Memory Upgrades - The First Step to a faster PC
Why does this help so much ?
Memory is usually the easiest and cheapest component to upgrade in your PC or Laptop and can have the biggest effect on performance. By doubling the computers RAM you can effectively give the computer a much larger percentage of working memory - for example even 10 times more. Here's why....
Consider a Windows XP computer with 512mb RAM and a standard configuration. Potentially 80% (around 400mb) could be used up with the main operating system functions, services, drivers and basic applications before you even run a user application such as Internet Explorer, Word, Outlook and so on. This means your computer only has around 100mb of RAM to use for all these applications.
It deals with this by using a "swap file" which is an area of your hard disk reserved as "virtual memory". The computer works out what you need right now and puts that into real memory while storing other memory requirements in the virtual memory. When these are needed they are moved into real memory and the space they now occupy is moved to the swap file.
As you can imagine this greatly slows down your PC, and if you throw a memory hungry application into the equation such as Desk Top Publishing, Graphics Packages etc then your PC will slow to a crawl while your hard drive is being thrashed at full pace.
In this example an upgrade of an additional 512mb (giving 1024mb total) will increase the available memory from 100mb to 600mb - an increase of six fold in application memory and a huge improvement to the computer's speed, and a much much lighter load on your hard disk.
What memory can my computer take ?
Obviously the best way to get a guaranteed upgrade is to take your PC to a reliable service engineer and ask them to do it for you, therefore ensuring you get the correct memory, however this is usually at a high premium. If you want to do your own upgrade, here is some good advice which may help....
1. Firstly how many memory slots does my computer have ? - open up your computer case and count them, identifying what slots already have memory in them. It is common for modern system boards to have 2, 3 or 4 slots whereas older boards can have much more. Memory always comes in a round binary number so with most modern computers it can be 128mb, 256mb, 512mb, 1024mb (1gb), 2048mb (2gb), or 4096mb (4gb). There are others but 99% of the time with today's computers it is in this range.
If, for example, your computer has 4 memory slots (which need to all look the same), 2 are populated and the total memory in your computer is 512mb then it is a safe bet you have 2 x 256mb modules installed. Your computer would be significantly faster with simply another 2 x 256mb modules installed in the empty slots. If however you only have 2 slots and therefore the slots are full, then you will need to remove the existing memory (for example 2 x 256mb modules) and replace it with 2 larger modules (for example 2 x 512mb modules). This is a common situation in Laptops.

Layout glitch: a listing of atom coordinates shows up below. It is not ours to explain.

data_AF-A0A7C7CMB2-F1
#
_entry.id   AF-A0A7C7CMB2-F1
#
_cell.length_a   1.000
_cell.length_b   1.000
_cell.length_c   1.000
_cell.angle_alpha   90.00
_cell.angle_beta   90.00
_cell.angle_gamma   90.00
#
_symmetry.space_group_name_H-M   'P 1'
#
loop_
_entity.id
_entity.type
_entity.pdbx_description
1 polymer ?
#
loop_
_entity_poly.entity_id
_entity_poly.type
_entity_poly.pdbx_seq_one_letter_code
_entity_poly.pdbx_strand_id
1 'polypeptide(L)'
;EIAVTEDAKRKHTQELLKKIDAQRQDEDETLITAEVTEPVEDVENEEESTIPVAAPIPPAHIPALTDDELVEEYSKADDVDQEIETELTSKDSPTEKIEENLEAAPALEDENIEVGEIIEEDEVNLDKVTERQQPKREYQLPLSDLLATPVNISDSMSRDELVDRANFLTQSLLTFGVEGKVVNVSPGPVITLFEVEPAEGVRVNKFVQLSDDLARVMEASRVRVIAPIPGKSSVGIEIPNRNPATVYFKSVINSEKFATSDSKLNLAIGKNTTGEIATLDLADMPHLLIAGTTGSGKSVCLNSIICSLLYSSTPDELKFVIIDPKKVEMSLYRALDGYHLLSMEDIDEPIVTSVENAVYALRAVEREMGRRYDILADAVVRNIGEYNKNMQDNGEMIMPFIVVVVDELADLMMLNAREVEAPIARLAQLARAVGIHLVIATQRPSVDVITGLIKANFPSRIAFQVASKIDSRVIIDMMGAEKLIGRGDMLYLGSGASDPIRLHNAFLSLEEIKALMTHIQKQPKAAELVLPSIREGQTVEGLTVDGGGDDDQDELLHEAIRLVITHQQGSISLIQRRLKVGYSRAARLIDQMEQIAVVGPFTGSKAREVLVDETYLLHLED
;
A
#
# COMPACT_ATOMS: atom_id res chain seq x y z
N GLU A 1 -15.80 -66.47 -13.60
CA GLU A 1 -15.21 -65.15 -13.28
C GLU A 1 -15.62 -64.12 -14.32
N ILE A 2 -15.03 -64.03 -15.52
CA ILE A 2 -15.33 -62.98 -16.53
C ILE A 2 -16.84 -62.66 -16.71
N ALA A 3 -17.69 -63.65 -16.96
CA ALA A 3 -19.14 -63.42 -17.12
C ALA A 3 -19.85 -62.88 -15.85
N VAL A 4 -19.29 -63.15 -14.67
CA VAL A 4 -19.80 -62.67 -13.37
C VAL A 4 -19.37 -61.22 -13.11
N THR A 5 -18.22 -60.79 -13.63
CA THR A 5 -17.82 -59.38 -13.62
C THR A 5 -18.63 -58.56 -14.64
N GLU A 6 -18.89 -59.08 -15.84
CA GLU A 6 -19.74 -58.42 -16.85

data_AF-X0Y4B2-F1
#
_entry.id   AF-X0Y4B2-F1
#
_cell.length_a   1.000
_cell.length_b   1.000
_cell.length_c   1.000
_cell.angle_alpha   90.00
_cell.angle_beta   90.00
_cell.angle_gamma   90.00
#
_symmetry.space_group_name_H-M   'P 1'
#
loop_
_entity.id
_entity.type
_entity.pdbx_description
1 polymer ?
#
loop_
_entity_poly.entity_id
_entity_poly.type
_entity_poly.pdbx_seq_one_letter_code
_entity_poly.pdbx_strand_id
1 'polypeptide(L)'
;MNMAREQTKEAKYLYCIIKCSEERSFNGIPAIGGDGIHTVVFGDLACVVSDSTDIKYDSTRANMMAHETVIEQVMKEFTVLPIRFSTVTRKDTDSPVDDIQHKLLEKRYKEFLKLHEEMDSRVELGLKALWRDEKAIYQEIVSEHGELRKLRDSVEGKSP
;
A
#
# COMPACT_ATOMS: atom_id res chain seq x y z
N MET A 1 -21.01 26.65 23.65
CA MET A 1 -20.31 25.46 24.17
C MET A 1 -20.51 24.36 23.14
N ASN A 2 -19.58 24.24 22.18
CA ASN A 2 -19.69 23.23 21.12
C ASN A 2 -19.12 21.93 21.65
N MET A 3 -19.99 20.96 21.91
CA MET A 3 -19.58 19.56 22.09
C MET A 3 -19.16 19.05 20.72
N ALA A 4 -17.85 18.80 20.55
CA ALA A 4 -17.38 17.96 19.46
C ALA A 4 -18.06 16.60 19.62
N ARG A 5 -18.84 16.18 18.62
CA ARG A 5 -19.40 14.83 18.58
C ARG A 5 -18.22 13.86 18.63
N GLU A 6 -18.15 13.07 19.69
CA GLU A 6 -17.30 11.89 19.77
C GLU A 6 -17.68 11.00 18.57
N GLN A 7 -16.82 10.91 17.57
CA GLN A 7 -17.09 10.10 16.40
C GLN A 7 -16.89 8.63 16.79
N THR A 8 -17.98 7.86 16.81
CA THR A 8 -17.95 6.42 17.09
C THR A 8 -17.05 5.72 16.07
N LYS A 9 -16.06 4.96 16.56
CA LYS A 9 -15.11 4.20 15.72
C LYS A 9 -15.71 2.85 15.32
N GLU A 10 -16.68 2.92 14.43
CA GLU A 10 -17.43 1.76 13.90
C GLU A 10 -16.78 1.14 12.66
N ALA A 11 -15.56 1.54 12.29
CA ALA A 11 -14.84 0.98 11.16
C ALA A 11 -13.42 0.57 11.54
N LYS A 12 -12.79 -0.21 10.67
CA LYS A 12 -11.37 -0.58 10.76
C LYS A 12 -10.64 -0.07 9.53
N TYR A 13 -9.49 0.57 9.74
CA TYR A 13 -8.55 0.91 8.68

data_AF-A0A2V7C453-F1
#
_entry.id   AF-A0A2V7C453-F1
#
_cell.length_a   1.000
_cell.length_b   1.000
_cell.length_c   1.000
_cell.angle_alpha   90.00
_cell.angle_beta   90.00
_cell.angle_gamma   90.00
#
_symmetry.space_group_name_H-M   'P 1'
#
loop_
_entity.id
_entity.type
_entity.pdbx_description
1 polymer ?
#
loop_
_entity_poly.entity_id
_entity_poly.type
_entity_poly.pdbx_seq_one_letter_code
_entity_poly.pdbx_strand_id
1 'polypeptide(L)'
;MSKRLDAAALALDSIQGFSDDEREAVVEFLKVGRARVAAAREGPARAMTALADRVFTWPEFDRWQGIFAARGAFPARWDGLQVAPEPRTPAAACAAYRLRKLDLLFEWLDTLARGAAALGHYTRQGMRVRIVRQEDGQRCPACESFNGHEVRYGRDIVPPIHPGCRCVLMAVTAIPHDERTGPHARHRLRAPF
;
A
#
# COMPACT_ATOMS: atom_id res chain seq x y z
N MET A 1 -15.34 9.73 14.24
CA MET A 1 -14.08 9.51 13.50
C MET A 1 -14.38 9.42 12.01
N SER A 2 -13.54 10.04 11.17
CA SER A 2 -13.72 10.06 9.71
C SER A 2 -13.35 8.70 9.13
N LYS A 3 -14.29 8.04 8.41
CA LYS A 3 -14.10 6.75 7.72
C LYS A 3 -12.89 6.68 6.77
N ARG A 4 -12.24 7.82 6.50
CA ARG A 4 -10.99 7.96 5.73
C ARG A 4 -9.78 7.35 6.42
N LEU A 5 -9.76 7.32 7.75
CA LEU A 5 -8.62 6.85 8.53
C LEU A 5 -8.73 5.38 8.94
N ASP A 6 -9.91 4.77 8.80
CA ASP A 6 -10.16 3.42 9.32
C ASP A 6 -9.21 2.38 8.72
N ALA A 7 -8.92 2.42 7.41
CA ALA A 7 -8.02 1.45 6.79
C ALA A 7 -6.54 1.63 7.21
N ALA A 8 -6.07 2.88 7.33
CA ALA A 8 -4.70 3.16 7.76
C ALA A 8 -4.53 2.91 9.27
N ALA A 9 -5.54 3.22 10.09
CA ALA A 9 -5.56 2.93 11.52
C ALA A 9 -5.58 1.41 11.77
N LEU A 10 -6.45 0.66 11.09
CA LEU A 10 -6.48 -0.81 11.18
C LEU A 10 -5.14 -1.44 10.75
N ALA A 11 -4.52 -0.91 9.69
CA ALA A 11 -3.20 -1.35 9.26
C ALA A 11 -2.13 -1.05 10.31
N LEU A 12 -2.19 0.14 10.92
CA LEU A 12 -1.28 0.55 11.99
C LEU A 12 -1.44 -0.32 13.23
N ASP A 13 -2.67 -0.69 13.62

2. What type of memory ? Now this is by far the most confusing bit and will need some research. If you have a branded computer such as Dell, HP/Compaq, IBM etc then it may be easy to find this infomation from the manufacturer, however for all computers there is a simple way.... Carefully remove one of the existing memory modules and 99% of the time there will be a white sticker at one end of the memory module with various numbers and codes on it. Write these down then enter them into a Google search and hey presto you will almost certainly get pages and pages decribing exactly what this memory is.
For example my own laptop has 2 "HYS64D32020GDL-6-B" modules, which at first glance does not tell me anything useful. Put this into Google and I immediately identify them as "Infineon 256mb PC2700 333 DDR SODIMM's". All I need to do now is search Ebay for a pair of 512mb PC2700 333 DDR SODIMM's (around £10 each so just £20-£25 to double my laptop's memory).... and don't forget I can get some of my upgrade money back by selling my own pair of 256mb modules after the upgrade. £10-£15 total upgrade cost and a laptop that seems to work 5 times faster.
How much do I need for my Operating System ?
Microsoft have a list of minumum, recommended and maximum specifications but the following are simple rules of thumb for a "reliable" system compared to one that technically works but is very slow...
- Windows XP light use / Internet only - 512mb recommended and definately not less than 256mb
- Windows XP normal Home / Office use - 1024mb (1gb) recommended and not less than 512mb
- Windows XP Advanced gaming or graphics/multimedia processing - 2048mb (2gb Ram) recommended and definately not less than 1024mb (1gb).
Note - XP can have issues addressing more than 3.5gb of memory so often 4gb RAM will show as just 3.5 gb which is fine for almost every application you can think of.
- Windows Vista light use / Internet only - 1024mb (1gb) recommended and definately not less than 512mb
- Windows Vista normal Home / Office use - 2048mb (2gb) recommended and not less than 1024mb (1gb)
- Windows Vista Advanced gaming or graphics/multimedia processing - 4096mb (4gb Ram) recommended and definately not less than 2048mb (2gb).
Note - Vista is in my humble opinion more efficient at managing resources than XP, however due to its advanced graphics and larger footprint, you need more MB available as per the recommendations above.
I hope this guide has been useful.....